Newspaper Page Text
CONNECTICUT WESTERN NEWS, DECEMBER 28, 1922.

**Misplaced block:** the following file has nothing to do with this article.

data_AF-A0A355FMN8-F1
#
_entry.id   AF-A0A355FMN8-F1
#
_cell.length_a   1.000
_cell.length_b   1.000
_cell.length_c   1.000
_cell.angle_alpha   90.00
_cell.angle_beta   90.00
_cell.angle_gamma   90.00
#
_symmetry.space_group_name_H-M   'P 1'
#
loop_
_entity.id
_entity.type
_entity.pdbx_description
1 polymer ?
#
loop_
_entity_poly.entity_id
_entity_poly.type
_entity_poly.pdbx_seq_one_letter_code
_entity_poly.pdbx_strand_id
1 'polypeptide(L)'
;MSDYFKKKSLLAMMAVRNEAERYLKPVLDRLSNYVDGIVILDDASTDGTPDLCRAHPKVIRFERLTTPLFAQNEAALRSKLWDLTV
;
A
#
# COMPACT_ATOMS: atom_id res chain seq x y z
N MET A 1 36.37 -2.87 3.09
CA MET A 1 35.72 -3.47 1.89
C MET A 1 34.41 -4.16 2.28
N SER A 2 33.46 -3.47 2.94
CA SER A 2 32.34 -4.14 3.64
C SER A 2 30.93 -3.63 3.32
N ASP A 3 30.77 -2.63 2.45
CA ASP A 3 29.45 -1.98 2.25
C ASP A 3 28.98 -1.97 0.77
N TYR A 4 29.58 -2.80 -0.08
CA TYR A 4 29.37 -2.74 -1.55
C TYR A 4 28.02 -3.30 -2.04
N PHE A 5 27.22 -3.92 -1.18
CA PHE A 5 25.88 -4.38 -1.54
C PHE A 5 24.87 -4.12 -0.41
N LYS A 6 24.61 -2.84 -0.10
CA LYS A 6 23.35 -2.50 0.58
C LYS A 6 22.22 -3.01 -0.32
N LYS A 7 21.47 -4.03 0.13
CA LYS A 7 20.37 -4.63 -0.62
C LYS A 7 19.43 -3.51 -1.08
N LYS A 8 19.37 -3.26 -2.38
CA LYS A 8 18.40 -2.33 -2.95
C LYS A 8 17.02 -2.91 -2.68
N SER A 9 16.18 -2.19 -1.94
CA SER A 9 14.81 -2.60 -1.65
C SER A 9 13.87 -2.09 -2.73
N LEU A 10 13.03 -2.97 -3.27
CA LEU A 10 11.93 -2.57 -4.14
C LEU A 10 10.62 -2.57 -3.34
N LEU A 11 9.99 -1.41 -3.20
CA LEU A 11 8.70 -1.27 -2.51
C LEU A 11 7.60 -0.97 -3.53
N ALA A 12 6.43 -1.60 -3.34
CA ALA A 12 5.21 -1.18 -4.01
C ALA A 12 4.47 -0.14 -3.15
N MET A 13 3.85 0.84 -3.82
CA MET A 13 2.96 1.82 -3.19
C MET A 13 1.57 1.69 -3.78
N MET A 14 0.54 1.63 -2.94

I I' : 1 1 V - i E. P. HUNT k co. E. P. HUNT & CO. EY P. HUNT & CO. E. P. HUNT & CO. JANUARY SALE pric: Now in Effect in the GREAT M me Coa CLEARANCE SALE t amid. Suit .Departmemt This includes Fur - Coats, Fur Trimmed Coats, Cloth Coats, f Winter Suits a r AH Marked at Yisrv Smart Reductions v " ' V . . f ' High Grade Fjir Coats ; ( Made frm selected skins that are sure to give you wer and utmost satisfactiori. lany are lined with heavy satin, in plain and figured-effects. Colder days are due us, and one of these Coats are sure to be just what you have planned for. .$235.00 A XT haavi Csrkl nf ' f ; Fine Blended Raccoon at . J. ..... $225.00 v Muskrat "(natural) ;$i25 and $145.00 V Near Seal: ! ..... .... . . ..: . . . . . .$125.00 (' Trench Seal.'....... . . .-. ....... $75.00 : Marmot .V. . , . . . . : . . . v .$75.00 w . ''-All these garments are smartly" reduced4 fromti their former prices. . . , IN SELECTING A SCARF OR MUFF- We are Waking a 20 Reduction. Every Winter Coat Must Be Sold and we have made assortments that will show you ; ; . ' at' a glance just what the reductions are. ( Some are fur trimmed, many lined and interlined, for what ' '' " . ,ever use you may Have for making a selection we ' r are t positive you will receive a better walue, than ever before. Coats at $10 $15, formerly up to . . . . . . .$19.75 v' , : . Coats at $27.50 to $39.50, formerly up to $45.00 .- , ' r s x , Coats at $45.00 to $59.50, formerly up to. .Z .$69.50 ' 'v, v :v s". -Coats at $C5 to $100r formerly up to. . . $125.00 Clearance Sale Among The !iTV:.:;'. Dresses " ; It comprises dresses for . street and evening wear which will prove unusually satisfactory.' All t .' " 1 . f these' garraents possess Style, Newness, and desir- , - ,.!.'' ', , . . - K I ' ' .v: ' '. ' ' ' , ability that one seldom finds at such lowered prices. The njajority are 'suitable for all the year round wearing and our low prices are an incentive to make a quick choice. ', ; J; -." 1 r .. " ' ; ' . Dresses at $6.95 to $10, formerly up to. . . . , .$12.50 Dresses at $14.95 to $21.50, formerly up to. .$29.75' Dresses at $29.75 to $35.00, formerly jp to. .$42.50 Dresses at $42.50 to $49.50, formerly up to. .$65.00 4i F. V.' 1 Some Stunning Values In Suits .f From early-samples shewn us many of the Suits in this Clearance' Sale are maoXfrom the same material and without a fur collar, are very suitable for early Spring, wear. At reduced prices one can save a tlird on a new suit, tr.;s length of skirt and coat ; are most satisfactory. ;i Sec The Suits Selling A t $15.00 for a Suit, formerly up io. .$19.75 and $24.50 $2450 f or'a Suit, formerly; to . ; . . $2.75 $45.00 for a Suit, formerly up to $65.00 Misses9 Coats As Follows ,$7.50 and $8.95 Coats, formerly selling up to $12.50 $12.50 and $15.00 Coats, formerlyselling to $18.50 $15 and $18.50 Coats, formerly selling up to $25.00 rA' ""f T v Vv Wc arc willing to sell at almost half price just the thing to wlariithI if : tion will be in your tavor. $3.98, $6S8r$9&0 and $12.50 V E . HUNT &-COMPANY. GREAT BARRINGTON, MASS. 4. i 4 TIME AGAIN TO FILE INCOME TAX PAPERS (Continued from page 1) with him by blood relationship, rela tionship by marriage or by adop tion" allowed the same exemp tion as a married person. In the returns of married per sons must be- included the net in come ti both husband and wife and dependent minor children. Husband and wifd may make a joint return or separate returns. They receive 3j2 or $2,000 as the case may be. If P thev make separate returns the exemptions may be taken by either or divided between them. The ex emption of-$400 for a dependent may be claimed only by the one who furnishes ' the dependent's chief support., ' The taxpayers status on the last day of the taxable year December 31, 1922 if made on the calendar year basis determines the amount of his exemptions and credits. If married and living with wife or husband on that flay the exemption is $2,500 -or $2,000, according to the 'amount of net income. , , If single and without dependents on that day he may claim but $1,000 as his exemption, even though he may, have been married or the head jpf a family during the greater part of tne year. Widowers, widows, di vorcees and persons separated by mutual consent are classed as single persons. ... ! , , The Bureau of Internal t Revenue is preparing to send into each coun ty in the United States revenue offi cers who will aid taxpayers in mak ing out their returns. Similar ser vices will be offered city residents'. But the bureau's advice before seeking uch assistance is to read carefully the instructions. Unless the problem is particularly complex, studv of the form will enable 'the ( taxpayer, to make a correct return. The normal rate of tax pf 4 per cent on the first $4,000 of net in come and 8 per cent on the re- ! maining net income above the ex emption repaains unchanged. ( Sur tax rates which apply only to in comes, in excess" of $6,000 are low ered, ranging forUhe calendar year 1922 from 1 per cent on the am ount of net income between $6,000 and $10,000 to 50 per cent, on the amount by which the net income ex g i ceeds $200,000. For the year 1921 W) the surtax rates ranged from 1 pr S ' cent on the amount of net income ! between $5,000 and $6,000 to 65 ,W. Casey, L. F. Shook, C. Consolini, R. G. R. Minacci, L. G.. 0 5 0 0 10 0 6 0 0 6 0 16 a 0 26 ONE JUDCE FOR ALL MOTOR VEHICLE CASES per cent on the amount of net LUIWC .111 ui vx,vvv,vvv. in- I CANAAN WINS FROM , THE SHEFFIELD FIVE (Continued from-papre 1) sr. , Sheffield McCormick, R. F. E. Shook, L. F. W,Shook, C. ' Smith, R. G. Warner, L. G. ; Percy, L. G. Totah F. G. F. T. T. P. 5 0 5 2 1 . 1 14 0 0 1 0 0 0 1 10 0 11 4 o 2 29 (Continued from page 4) a dealer -may use a car for his per sonal use. This was apparently in advertently left out of the law, nnd the "'commissioner says that there should be a distinct determination as to just what may or may not be done under the marker. TJie sug gestion offered is that the marker and fees be graded, and that there be an unlimited marker by which the dealer may ' do ' anything h pleivses and for which he pays a higher fee, and a limited marked by which he may only demonstrate a car, and the demonstration of the car must be defined so that thre will be no escape from, the April Icaticn of the definition. s' The gasoline tax is commended at a success. Certain exemptions are recommended, however. The pro fessional oysterman . or , fisherman who uses hia boat for the gathering of oysters or sea products ought to ' be exempt from payment of the tax on his fuel, in the opinion of the commissioner. The fanner who plows his fields for agricultural pur poses ought to be exempted. Un der the present law, no fuel used in any motor boat is oxwpti nnd it I suggested that .the law be chan--od to that tie motor bn; user may henefU in productivebui'r.urs whore he uses fuel. Pointing out; that Conne.-ticuc, under Governor Baldwin, was Uie "first state to consider the subject of supervision of aircraft, and reciting activities of the department' under, the amended aircraft law, particu-1 larly with regard to" the desirability of seeing to it that all who operate aircraft over Connecticut are quali fied, it is projected by the commis sioner,v "that the most available "fly. ing fields in the state be charted so that (Whenever an airplane alights in Connecticut the state police depart ment will forthwith have notice by wire of the fact that such a plane is in the state and then, through the agency of the police, the aviator can be prevented from again, flying until he is examined and qualified. It is noted that Lieutenant .Talbot 0. Freerrian, a qualified aviator with large experience, has been appointed aviations inspector of the depart ment . ; Several of the other activities of the , department wich - have been told of in the newspapers from tirne to time are reviewed in the report withthe commlssorier's conclusions. LETTERS FROM THE PECTLE , It wns reported Santa Clans re fuse! to come down chimneys this year on account of so many people burning soft c(al, but that he would Trianyles 37; Evergreen. 23 , e nt the nignm Church Friday p. m The Wjnsted Triangles defeated Hn. at 4:30 o'clock sharp,, to see-the ffiVthe Evergreens on Saturday nicht I boys, girls, babies and old folks, bv the score of 37-23. The game consequently mere was a large deie- was rather rough in spots, mcst oftpation of the aforesaid to meet the $n rough stuff being pulled by the fi visitors. ' , . . 1 he1; first hall was an exciting one Dut in tne second irame tne Y. M. C. A. swept Canaan off its feet. The( Evergreens started .the game with a rush that sent them into a seven point lead. The visi tors soon ' overcame this advantage, however, and forged to the front They were never headed again. Baldwin was the star for Canaan, with six field goals Hayward, of the Triangles, was their ace, likewise sinking five twin pointers. Howe caged four .while Dayton and Smith each scored three. Davis and Clark were contented with one apiece. Evergreens F. G. F. T. T. P. Baldwin, R. F. O'Neil, L. F. Minacci, C. Keenan, R. G. Beanjon, L, G. Proper, R. G. Totals Triangles Howe, R. F. Bedore, R. F. Smith, L. F. Davis, L. F. Haywtrd, C. Wheeler, R. G. Dayton, R. G." Clark,- L.v G. i v 'Totals o ' Referee Stannard. . - ' . ) Red l.eTea Loce , ' -V ; East Canaan, ';bolsteredy up' by Shook, tbo Shofiield star.def entad the 'RcJ Leaves last Thursday nigilt, 26-12.' ' ' The first half was a runawayfor the visitors, Canaan - scoring bui four points to their fourteen. In the final half, the Leaves held theii opponents even, but could nofeover com'e their early lead. Shook and Joe Caeey were the only scorers for East Canaan, each sinking five baskets. Shook also caged six foul shots. Goggin and S. Gondalli each made five points, and Hicks scored the other two. Red Leaves F. G. F. T. T. P. 6, 0 12, 3 1- 7 0 0 0 .1 0 2 ' 1 i 0,-2 0 0 0 11 ,1 23 F. G. F. T. T. P. i 4 0 8 '0 0 0 3 3 9 1 0 2 5 a 10 0 0 0 3 0 6 . 1 0 ! 2 17 . . 3 37: , L. Gondalli, R. F. Gojrprin, L. F. ' Moore, C. S. Gondalli, R. G. F. Minacci, L. G. Hicks, R. F. East" Canaan J. Casey, R. F. 0 2 0 2 0 1 5 0 1 0 1 0 0 2 F. G. F. T. 5 0 0 5 0 5 0 2 12 T. P. 10 distinguished visitor. The children sang their songs and spoke their' little pieces " gplendidyl. JSanta had gifts for all the children. The Chirch Treasurer was greatly sur prised when Santa announced he was going to present him with an automobile. This . was supposed to ; be in' part payment for services ren-; dered, or possibly on account of the poor sidewalks , on West Main Street The following (note , accon ' panying the car will explain: Old Santa very much enjoys This giving gifts to all his boys , And so it gives me joy indeed To bring this gift to John B. Reed. , Now I have heard how every day To work you plod your patient's way So vith this gift you se I've tried To furnish you the1 means to ride. - . i It more befits, it seemif to me ( A banker of maturity I Altho your walk be not so far, , To roll up grandly in your car. So step aboard and join the ranks Of Canaan's cheerful motor cranks. P. S. ' The car was 6 inches Jong 4 inches high, 2 inches' wide, had 4 , wheels and a starter siippo'sed ',to be a Ford.--Jf.B. R. 'I Acknowlctfgei.TZox Seal by, .ChilJren Thp p-Vpir3flCt,enpincx.,i.Schp.ol . will be J nteVest'c$" Jn .Ke. pllpwing tciior; Miss E. "C. X.indell,fj,,, ,r ...-., r Center SchQol,Candajiyl4Conn. ,A 1 Dear , Miss LdeJl : , ' , tf)il" This.. will acknowledge.. receipt or ia-T irncr.&M.QDX. Qf 'stocUjniJ,, con tributed 'by." the fhildrm! -of.:your $cho,ol, . .s. . . , . r , . On' behalf of qurselves , and, the disabled soldiers we' wish to thank you for your contribution to their Christmas entertainment which we feel sure will beva success with, the generous assistance you have ijjiven us. The contents in these stocking -could not be 'better arranged end they show great interest from all of With the best of Christmas wtsncs, we are, ' . Very truly yours, Neville G. Hall, Field Director. The American Red Cross 0 t . 4 V - 1 ' ) . ; 1 I